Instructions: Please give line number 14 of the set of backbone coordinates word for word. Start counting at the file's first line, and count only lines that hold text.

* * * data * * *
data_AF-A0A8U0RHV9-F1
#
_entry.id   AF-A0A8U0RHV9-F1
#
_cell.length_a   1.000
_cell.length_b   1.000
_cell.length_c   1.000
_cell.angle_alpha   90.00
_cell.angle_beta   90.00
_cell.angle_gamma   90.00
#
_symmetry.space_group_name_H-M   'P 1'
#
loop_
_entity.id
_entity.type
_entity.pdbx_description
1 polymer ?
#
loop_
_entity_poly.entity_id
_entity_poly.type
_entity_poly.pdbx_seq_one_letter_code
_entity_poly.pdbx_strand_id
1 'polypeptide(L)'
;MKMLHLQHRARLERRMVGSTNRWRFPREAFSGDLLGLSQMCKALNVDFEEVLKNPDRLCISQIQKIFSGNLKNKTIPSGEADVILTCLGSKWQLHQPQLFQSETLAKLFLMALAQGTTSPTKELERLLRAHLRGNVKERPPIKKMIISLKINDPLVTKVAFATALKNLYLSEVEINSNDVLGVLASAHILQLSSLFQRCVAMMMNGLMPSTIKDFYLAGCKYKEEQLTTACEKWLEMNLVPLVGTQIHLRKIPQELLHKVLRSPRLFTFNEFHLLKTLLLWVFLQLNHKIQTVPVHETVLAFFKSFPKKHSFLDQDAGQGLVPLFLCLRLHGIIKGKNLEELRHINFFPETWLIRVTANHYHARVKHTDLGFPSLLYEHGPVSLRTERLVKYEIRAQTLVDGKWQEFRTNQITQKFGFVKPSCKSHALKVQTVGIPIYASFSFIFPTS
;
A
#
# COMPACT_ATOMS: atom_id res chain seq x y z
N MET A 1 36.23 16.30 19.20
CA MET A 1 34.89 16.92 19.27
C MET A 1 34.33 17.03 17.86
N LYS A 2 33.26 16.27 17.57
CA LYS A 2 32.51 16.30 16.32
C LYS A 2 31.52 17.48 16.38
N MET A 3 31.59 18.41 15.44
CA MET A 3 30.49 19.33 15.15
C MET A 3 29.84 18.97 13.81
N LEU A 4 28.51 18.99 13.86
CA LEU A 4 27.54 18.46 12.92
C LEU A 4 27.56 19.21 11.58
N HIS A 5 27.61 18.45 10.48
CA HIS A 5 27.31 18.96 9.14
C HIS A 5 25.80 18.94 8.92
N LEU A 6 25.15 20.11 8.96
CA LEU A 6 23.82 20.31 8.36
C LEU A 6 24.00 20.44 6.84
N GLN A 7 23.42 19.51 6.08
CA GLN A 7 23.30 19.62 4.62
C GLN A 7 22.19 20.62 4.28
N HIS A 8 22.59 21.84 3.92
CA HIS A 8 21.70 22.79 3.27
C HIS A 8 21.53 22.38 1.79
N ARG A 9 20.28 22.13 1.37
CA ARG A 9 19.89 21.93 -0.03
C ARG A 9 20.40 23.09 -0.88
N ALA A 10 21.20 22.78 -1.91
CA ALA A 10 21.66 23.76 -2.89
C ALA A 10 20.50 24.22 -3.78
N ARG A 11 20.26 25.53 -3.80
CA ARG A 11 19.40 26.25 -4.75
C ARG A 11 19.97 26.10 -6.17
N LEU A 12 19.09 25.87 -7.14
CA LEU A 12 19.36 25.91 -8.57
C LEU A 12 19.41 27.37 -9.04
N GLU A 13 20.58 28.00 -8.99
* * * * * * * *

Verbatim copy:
loop_